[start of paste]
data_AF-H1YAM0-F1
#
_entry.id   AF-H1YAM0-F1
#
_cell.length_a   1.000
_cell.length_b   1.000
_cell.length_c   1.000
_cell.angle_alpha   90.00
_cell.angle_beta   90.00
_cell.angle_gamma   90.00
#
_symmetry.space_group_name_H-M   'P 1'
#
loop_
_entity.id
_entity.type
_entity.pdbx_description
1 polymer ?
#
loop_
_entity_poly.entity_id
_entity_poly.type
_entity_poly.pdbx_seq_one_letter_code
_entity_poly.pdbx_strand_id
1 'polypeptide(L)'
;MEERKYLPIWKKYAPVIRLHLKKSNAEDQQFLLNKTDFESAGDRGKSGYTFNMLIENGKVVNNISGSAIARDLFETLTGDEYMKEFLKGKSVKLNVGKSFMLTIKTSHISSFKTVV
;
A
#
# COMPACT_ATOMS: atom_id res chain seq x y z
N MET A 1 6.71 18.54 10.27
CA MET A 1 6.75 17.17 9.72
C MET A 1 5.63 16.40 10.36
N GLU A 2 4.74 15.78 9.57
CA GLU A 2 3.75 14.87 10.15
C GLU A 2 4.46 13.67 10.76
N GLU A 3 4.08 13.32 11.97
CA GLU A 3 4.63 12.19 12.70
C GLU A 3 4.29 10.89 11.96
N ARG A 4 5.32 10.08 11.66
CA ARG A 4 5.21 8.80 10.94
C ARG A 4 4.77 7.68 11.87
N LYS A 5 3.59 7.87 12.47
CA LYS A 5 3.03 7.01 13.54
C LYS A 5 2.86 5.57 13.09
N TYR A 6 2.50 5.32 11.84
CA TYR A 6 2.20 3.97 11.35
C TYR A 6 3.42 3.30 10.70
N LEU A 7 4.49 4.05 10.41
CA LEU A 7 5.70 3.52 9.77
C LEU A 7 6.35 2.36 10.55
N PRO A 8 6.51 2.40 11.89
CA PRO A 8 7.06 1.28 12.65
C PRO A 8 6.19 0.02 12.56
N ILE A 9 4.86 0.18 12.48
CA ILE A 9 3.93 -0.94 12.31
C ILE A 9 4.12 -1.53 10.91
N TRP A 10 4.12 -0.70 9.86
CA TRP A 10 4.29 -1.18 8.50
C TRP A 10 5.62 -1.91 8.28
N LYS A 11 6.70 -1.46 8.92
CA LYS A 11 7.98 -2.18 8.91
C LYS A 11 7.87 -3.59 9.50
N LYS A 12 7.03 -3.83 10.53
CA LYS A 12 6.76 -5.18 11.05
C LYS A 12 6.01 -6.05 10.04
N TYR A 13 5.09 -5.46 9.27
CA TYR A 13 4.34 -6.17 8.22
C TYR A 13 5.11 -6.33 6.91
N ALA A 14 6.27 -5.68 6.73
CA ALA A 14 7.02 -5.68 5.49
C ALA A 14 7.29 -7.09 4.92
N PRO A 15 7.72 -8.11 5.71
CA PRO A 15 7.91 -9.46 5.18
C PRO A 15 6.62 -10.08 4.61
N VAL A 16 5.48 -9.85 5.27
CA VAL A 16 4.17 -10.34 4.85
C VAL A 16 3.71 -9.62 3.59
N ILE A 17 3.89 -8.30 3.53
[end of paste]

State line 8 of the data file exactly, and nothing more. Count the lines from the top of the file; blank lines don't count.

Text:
_cell.angle_alpha   90.00